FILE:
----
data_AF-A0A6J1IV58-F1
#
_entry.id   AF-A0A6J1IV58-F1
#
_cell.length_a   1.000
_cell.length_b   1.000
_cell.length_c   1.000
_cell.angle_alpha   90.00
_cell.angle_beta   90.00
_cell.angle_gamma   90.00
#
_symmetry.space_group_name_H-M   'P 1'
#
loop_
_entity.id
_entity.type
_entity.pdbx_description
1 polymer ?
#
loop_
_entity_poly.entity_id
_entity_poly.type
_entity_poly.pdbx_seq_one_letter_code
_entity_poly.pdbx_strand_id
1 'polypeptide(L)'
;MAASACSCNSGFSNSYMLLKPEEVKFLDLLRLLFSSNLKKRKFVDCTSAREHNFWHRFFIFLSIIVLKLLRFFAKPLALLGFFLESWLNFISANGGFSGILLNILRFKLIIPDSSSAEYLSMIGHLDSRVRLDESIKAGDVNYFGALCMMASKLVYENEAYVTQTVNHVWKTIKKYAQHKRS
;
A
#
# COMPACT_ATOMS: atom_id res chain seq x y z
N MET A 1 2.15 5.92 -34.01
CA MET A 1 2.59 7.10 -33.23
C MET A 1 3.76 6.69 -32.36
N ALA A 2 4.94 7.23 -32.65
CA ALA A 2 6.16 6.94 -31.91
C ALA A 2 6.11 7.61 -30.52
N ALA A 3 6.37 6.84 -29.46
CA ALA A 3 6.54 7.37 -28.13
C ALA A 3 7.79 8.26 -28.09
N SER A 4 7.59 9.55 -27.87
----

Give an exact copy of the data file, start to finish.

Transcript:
data_AF-A0A6J1IV58-F1
#
_entry.id   AF-A0A6J1IV58-F1
#
_cell.length_a   1.000
_cell.length_b   1.000
_cell.length_c   1.000
_cell.angle_alpha   90.00
_cell.angle_beta   90.00
_cell.angle_gamma   90.00
#
_symmetry.space_group_name_H-M   'P 1'
#
loop_
_entity.id
_entity.type
_entity.pdbx_description
1 polymer ?
#
loop_
_entity_poly.entity_id
_entity_poly.type
_entity_poly.pdbx_seq_one_letter_code
_entity_poly.pdbx_strand_id
1 'polypeptide(L)'
;MAASACSCNSGFSNSYMLLKPEEVKFLDLLRLLFSSNLKKRKFVDCTSAREHNFWHRFFIFLSIIVLKLLRFFAKPLALLGFFLESWLNFISANGGFSGILLNILRFKLIIPDSSSAEYLSMIGHLDSRVRLDESIKAGDVNYFGALCMMASKLVYENEAYVTQTVNHVWKTIKKYAQHKRS
;
A
#
# COMPACT_ATOMS: atom_id res chain seq x y z
N MET A 1 2.15 5.92 -34.01
CA MET A 1 2.59 7.10 -33.23
C MET A 1 3.76 6.69 -32.36
N ALA A 2 4.94 7.23 -32.65
CA ALA A 2 6.16 6.94 -31.91
C ALA A 2 6.11 7.61 -30.52
N ALA A 3 6.37 6.84 -29.46
CA ALA A 3 6.54 7.37 -28.13
C ALA A 3 7.79 8.26 -28.09
N SER A 4 7.59 9.55 -27.87